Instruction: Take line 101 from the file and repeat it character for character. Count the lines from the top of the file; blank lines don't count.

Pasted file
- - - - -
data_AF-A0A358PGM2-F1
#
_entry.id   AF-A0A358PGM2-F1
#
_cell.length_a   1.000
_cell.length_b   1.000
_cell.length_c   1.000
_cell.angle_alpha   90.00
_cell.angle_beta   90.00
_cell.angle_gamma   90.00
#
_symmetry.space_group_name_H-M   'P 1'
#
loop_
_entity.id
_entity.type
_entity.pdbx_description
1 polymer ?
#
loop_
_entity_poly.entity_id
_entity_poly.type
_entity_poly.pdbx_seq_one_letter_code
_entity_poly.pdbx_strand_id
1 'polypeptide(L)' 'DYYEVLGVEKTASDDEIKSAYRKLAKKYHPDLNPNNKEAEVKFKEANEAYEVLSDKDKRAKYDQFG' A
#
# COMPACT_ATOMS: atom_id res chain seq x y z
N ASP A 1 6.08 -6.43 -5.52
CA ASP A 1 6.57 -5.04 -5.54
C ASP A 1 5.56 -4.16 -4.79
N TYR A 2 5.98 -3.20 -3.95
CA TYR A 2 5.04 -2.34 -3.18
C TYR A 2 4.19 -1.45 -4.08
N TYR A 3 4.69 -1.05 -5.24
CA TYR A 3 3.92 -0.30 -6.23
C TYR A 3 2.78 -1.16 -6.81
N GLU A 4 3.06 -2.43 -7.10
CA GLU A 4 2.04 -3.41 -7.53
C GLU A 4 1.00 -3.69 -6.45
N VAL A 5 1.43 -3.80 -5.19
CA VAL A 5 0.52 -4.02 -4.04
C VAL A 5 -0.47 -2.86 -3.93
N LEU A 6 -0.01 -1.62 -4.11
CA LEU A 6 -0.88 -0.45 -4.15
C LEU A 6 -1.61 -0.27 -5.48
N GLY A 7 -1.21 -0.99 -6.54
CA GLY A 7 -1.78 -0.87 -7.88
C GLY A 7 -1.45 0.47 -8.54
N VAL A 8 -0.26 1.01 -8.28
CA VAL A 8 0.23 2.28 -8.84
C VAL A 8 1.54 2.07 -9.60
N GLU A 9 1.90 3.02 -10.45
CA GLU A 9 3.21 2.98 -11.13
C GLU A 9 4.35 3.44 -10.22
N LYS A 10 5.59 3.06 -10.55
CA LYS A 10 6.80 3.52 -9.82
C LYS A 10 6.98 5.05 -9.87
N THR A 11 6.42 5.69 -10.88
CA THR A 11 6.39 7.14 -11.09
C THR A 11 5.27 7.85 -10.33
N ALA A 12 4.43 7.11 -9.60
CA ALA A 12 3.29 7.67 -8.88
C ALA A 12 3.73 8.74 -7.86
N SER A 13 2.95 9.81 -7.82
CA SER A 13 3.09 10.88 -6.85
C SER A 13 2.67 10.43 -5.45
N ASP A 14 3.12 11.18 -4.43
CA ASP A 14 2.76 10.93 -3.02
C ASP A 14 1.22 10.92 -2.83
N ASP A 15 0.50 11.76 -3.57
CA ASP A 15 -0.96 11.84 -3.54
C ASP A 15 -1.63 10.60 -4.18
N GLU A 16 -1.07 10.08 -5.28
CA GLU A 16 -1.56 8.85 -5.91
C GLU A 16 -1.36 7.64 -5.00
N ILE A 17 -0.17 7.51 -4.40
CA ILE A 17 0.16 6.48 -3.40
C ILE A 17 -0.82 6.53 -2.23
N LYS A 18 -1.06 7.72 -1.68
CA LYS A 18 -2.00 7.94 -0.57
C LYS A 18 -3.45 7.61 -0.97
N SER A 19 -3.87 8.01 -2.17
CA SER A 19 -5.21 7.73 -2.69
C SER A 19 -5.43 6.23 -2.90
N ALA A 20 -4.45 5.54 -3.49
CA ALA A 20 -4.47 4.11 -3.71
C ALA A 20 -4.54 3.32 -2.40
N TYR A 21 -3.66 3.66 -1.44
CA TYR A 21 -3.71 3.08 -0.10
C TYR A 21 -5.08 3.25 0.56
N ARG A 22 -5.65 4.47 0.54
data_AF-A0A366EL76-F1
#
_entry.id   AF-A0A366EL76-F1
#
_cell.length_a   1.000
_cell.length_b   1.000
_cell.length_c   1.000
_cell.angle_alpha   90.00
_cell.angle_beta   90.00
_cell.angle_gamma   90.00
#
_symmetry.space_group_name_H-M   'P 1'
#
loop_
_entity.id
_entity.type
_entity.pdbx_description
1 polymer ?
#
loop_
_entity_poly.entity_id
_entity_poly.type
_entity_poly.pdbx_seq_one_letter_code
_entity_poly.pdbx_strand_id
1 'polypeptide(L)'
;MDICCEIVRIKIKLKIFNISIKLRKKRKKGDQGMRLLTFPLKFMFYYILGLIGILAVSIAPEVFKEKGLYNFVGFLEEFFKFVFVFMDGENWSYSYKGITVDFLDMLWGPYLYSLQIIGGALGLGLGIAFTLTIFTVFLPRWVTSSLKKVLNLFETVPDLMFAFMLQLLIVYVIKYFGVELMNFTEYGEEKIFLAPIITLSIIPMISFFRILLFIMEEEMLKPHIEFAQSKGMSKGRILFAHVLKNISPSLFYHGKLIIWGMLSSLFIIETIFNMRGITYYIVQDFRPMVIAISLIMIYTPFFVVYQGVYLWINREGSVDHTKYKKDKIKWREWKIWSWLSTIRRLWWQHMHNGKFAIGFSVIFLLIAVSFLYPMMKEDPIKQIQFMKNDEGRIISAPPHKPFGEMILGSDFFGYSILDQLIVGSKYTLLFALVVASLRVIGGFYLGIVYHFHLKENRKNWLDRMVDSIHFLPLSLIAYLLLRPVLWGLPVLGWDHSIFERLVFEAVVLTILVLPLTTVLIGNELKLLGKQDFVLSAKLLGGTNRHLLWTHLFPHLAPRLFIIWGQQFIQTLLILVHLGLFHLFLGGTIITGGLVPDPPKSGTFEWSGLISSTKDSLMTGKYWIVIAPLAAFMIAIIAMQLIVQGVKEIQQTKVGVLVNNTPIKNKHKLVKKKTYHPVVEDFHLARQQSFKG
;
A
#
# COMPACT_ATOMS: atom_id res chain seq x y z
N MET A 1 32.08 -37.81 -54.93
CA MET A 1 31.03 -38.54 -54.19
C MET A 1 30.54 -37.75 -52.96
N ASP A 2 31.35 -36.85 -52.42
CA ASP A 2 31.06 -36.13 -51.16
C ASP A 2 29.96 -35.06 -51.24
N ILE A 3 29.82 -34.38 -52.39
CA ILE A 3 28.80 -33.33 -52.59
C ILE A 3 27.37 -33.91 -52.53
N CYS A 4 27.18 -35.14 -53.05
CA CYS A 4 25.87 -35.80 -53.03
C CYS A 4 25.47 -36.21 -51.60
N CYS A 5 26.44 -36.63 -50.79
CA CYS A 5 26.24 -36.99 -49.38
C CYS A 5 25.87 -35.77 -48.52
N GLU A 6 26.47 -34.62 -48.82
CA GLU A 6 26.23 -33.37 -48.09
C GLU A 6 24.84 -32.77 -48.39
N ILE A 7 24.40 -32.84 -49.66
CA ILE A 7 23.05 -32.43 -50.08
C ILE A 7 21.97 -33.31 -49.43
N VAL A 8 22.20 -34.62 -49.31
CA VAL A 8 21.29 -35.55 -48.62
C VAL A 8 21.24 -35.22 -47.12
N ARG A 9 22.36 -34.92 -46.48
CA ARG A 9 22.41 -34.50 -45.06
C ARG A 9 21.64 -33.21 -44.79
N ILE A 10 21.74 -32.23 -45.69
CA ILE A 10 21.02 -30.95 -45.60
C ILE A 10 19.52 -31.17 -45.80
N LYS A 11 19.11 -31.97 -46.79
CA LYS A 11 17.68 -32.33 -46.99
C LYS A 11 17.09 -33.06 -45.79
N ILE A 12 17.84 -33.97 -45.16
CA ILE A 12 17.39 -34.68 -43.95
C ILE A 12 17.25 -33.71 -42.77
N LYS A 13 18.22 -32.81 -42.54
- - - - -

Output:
_cell.angle_gamma   90.00